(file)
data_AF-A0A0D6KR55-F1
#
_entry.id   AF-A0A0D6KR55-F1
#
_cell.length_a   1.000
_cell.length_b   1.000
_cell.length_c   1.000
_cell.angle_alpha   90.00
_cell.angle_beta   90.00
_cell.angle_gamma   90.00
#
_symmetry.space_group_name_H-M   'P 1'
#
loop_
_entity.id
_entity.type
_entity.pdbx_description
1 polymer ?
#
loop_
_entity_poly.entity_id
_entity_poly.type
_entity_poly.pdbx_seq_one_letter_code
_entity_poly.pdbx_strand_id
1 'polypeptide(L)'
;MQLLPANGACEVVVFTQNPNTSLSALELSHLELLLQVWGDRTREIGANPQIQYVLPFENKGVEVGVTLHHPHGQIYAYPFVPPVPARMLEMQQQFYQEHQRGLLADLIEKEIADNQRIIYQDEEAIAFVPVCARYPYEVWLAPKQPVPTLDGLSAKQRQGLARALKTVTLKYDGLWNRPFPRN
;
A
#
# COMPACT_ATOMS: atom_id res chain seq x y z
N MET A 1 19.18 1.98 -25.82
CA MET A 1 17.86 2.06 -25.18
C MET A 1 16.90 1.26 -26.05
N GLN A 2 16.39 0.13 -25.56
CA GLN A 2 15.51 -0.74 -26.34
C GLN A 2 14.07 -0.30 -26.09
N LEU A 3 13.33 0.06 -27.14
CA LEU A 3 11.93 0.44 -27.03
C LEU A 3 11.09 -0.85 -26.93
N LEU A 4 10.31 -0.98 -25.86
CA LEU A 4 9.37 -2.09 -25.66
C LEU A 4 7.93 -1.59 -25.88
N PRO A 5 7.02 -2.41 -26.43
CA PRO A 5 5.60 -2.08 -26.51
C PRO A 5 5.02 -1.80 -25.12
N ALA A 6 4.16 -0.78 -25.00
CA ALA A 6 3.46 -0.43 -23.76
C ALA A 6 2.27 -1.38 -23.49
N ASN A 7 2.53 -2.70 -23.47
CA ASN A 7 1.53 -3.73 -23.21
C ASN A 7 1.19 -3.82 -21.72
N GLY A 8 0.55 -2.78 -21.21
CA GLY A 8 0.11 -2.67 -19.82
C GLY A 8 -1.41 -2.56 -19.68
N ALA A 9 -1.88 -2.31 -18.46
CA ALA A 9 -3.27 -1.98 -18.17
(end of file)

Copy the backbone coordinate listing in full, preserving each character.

data_AF-A0A0D6KR55-F1
#
_entry.id   AF-A0A0D6KR55-F1
#
_cell.length_a   1.000
_cell.length_b   1.000
_cell.length_c   1.000
_cell.angle_alpha   90.00
_cell.angle_beta   90.00
_cell.angle_gamma   90.00
#
_symmetry.space_group_name_H-M   'P 1'
#
loop_
_entity.id
_entity.type
_entity.pdbx_description
1 polymer ?
#
loop_
_entity_poly.entity_id
_entity_poly.type
_entity_poly.pdbx_seq_one_letter_code
_entity_poly.pdbx_strand_id
1 'polypeptide(L)'
;MQLLPANGACEVVVFTQNPNTSLSALELSHLELLLQVWGDRTREIGANPQIQYVLPFENKGVEVGVTLHHPHGQIYAYPFVPPVPARMLEMQQQFYQEHQRGLLADLIEKEIADNQRIIYQDEEAIAFVPVCARYPYEVWLAPKQPVPTLDGLSAKQRQGLARALKTVTLKYDGLWNRPFPRN
;
A
#
# COMPACT_ATOMS: atom_id res chain seq x y z
N MET A 1 19.18 1.98 -25.82
CA MET A 1 17.86 2.06 -25.18
C MET A 1 16.90 1.26 -26.05
N GLN A 2 16.39 0.13 -25.56
CA GLN A 2 15.51 -0.74 -26.34
C GLN A 2 14.07 -0.30 -26.09
N LEU A 3 13.33 0.06 -27.14
CA LEU A 3 11.93 0.44 -27.03
C LEU A 3 11.09 -0.85 -26.93
N LEU A 4 10.31 -0.98 -25.86
CA LEU A 4 9.37 -2.09 -25.66
C LEU A 4 7.93 -1.59 -25.88
N PRO A 5 7.02 -2.41 -26.43
CA PRO A 5 5.60 -2.08 -26.51
C PRO A 5 5.02 -1.80 -25.12
N ALA A 6 4.16 -0.78 -25.00
CA ALA A 6 3.46 -0.43 -23.76
C ALA A 6 2.27 -1.38 -23.49
N ASN A 7 2.53 -2.70 -23.47
CA ASN A 7 1.53 -3.73 -23.21
C ASN A 7 1.19 -3.82 -21.72
N GLY A 8 0.55 -2.78 -21.21
CA GLY A 8 0.11 -2.67 -19.82
C GLY A 8 -1.41 -2.56 -19.68
N ALA A 9 -1.88 -2.31 -18.46
CA ALA A 9 -3.27 -1.98 -18.17